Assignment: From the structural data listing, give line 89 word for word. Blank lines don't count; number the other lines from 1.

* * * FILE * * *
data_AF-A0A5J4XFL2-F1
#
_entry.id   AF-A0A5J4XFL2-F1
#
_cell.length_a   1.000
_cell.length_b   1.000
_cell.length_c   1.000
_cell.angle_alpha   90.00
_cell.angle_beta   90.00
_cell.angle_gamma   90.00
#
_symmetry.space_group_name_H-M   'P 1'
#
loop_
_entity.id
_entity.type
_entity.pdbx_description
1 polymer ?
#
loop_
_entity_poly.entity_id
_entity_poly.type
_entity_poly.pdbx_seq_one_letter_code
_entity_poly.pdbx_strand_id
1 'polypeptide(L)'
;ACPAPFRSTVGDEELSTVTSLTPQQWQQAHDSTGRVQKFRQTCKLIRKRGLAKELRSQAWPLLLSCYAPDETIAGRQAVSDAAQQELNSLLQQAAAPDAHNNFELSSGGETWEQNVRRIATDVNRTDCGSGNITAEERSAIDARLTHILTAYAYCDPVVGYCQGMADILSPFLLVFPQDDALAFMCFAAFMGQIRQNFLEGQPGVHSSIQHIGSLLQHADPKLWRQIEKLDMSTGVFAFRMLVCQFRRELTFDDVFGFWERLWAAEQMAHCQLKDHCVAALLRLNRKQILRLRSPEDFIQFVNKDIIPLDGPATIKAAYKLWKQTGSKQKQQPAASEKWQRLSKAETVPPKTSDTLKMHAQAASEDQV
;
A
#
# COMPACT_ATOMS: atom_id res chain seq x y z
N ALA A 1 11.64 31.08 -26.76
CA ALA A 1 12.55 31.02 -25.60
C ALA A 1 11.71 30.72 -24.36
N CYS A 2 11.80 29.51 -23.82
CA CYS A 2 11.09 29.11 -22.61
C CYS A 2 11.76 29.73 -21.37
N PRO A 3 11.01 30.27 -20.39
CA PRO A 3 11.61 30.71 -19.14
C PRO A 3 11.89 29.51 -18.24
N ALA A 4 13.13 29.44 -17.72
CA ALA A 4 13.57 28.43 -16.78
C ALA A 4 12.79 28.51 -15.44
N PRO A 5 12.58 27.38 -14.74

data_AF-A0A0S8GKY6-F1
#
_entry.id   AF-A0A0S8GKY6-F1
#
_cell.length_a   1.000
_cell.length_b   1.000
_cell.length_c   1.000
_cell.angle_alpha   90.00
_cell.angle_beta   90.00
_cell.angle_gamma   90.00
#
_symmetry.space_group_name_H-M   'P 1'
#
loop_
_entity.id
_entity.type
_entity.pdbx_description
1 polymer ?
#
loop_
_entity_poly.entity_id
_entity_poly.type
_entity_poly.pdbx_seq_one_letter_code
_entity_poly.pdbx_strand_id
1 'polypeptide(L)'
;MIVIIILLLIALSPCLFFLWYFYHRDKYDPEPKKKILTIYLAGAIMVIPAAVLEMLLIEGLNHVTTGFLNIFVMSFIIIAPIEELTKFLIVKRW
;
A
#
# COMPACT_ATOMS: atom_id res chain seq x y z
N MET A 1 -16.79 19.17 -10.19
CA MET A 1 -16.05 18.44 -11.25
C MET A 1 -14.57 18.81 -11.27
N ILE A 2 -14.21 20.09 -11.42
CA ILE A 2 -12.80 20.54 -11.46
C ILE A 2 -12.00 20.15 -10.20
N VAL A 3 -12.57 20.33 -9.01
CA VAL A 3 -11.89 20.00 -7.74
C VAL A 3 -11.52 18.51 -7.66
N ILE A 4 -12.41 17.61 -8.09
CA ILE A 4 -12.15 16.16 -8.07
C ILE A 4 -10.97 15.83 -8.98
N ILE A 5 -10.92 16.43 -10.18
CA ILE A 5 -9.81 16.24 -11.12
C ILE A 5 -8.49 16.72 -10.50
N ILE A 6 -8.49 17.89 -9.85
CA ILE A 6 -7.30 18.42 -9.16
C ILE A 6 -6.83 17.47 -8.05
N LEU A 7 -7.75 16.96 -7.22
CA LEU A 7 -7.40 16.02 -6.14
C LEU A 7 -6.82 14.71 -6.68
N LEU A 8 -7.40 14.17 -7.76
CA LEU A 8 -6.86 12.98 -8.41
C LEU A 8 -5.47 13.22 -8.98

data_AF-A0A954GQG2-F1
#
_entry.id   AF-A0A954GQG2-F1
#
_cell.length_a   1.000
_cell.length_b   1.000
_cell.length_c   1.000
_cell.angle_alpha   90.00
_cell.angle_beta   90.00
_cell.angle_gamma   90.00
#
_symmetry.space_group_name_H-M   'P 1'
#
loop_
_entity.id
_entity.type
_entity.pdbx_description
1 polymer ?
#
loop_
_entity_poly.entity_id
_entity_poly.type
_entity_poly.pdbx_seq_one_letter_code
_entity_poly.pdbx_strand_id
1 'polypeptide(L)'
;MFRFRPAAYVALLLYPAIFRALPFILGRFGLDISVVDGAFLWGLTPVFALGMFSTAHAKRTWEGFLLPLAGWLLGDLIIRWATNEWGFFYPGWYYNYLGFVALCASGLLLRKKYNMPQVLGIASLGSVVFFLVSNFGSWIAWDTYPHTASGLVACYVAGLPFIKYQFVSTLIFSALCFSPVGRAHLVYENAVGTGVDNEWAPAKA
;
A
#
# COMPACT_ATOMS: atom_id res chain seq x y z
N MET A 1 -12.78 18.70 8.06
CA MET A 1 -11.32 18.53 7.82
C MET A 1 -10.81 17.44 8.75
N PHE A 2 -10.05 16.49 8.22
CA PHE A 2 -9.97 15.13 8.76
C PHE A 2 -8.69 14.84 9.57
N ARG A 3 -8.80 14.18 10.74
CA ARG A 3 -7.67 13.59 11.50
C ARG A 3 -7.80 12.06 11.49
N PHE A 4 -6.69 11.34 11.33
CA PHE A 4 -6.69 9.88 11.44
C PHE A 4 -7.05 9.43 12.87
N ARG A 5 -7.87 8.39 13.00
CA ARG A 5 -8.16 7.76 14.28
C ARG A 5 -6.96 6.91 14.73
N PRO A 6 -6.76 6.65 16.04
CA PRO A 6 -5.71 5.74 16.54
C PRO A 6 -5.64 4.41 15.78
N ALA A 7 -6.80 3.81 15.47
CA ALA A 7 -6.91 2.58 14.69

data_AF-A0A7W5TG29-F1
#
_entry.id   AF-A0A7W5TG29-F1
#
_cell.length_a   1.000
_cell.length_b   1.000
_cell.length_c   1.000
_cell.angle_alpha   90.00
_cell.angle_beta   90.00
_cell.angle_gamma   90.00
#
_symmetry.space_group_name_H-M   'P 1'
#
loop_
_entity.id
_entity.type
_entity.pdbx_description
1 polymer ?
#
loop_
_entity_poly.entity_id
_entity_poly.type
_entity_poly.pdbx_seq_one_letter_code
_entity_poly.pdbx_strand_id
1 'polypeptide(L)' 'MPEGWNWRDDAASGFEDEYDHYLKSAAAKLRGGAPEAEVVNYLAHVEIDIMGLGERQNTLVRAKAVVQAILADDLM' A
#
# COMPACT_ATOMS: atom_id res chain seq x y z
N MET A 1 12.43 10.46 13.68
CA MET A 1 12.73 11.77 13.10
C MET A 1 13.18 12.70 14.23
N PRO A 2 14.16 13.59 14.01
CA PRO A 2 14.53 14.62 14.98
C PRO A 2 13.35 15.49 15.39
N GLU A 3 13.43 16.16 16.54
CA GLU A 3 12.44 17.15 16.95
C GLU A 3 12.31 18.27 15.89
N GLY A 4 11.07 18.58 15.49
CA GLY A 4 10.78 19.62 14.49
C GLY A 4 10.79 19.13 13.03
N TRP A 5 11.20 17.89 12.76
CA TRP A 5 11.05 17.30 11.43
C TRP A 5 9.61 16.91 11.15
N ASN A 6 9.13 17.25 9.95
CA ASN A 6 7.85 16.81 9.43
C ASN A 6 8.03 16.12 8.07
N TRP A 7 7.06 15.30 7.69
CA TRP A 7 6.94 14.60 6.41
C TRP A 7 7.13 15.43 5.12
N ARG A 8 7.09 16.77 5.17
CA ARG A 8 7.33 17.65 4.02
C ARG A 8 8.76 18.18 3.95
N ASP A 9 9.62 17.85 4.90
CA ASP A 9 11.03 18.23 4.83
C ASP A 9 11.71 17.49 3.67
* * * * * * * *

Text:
N ILE A 6 -8.49 17.89 -9.85